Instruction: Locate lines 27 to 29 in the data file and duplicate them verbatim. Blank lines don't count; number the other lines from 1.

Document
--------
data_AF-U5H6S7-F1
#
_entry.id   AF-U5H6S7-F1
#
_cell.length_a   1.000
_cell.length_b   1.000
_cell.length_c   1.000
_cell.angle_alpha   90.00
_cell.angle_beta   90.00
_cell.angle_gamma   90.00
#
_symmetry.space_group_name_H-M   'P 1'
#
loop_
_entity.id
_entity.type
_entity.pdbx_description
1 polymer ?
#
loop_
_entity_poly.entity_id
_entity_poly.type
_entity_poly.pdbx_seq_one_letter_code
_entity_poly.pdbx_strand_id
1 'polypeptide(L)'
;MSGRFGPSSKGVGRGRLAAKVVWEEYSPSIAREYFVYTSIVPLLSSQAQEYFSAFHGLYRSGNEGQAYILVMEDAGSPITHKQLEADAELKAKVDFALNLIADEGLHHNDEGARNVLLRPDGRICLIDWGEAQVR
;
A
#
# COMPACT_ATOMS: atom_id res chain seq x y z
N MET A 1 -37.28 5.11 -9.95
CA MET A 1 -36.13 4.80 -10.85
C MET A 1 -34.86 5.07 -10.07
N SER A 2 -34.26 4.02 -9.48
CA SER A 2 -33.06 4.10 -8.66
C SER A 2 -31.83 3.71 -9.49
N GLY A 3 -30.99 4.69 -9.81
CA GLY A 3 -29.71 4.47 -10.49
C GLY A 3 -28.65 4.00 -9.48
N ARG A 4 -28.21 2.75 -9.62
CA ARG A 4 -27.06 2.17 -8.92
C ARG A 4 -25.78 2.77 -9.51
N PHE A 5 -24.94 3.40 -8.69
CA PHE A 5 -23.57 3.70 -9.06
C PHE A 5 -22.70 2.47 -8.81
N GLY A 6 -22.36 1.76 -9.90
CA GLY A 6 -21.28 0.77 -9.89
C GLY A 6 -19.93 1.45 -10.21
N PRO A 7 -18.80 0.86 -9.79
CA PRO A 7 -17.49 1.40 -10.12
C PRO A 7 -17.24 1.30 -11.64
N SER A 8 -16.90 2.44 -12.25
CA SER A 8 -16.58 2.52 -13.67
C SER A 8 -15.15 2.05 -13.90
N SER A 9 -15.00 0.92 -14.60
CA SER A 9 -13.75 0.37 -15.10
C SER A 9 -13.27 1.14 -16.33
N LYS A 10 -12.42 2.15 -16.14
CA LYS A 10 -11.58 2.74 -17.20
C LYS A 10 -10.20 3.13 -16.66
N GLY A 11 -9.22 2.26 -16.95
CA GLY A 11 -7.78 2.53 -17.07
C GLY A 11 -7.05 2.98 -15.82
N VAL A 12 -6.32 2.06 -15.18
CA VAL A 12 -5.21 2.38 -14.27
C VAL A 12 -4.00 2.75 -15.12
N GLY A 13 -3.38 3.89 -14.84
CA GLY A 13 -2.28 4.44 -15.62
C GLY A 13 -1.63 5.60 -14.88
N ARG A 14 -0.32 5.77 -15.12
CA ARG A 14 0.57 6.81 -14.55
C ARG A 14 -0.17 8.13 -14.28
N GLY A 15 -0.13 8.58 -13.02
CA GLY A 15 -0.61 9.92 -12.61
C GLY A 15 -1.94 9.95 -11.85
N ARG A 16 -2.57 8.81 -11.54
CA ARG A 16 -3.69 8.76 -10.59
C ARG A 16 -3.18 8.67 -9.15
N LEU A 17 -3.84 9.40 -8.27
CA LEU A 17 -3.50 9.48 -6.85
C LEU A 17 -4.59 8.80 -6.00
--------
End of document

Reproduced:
;
A
#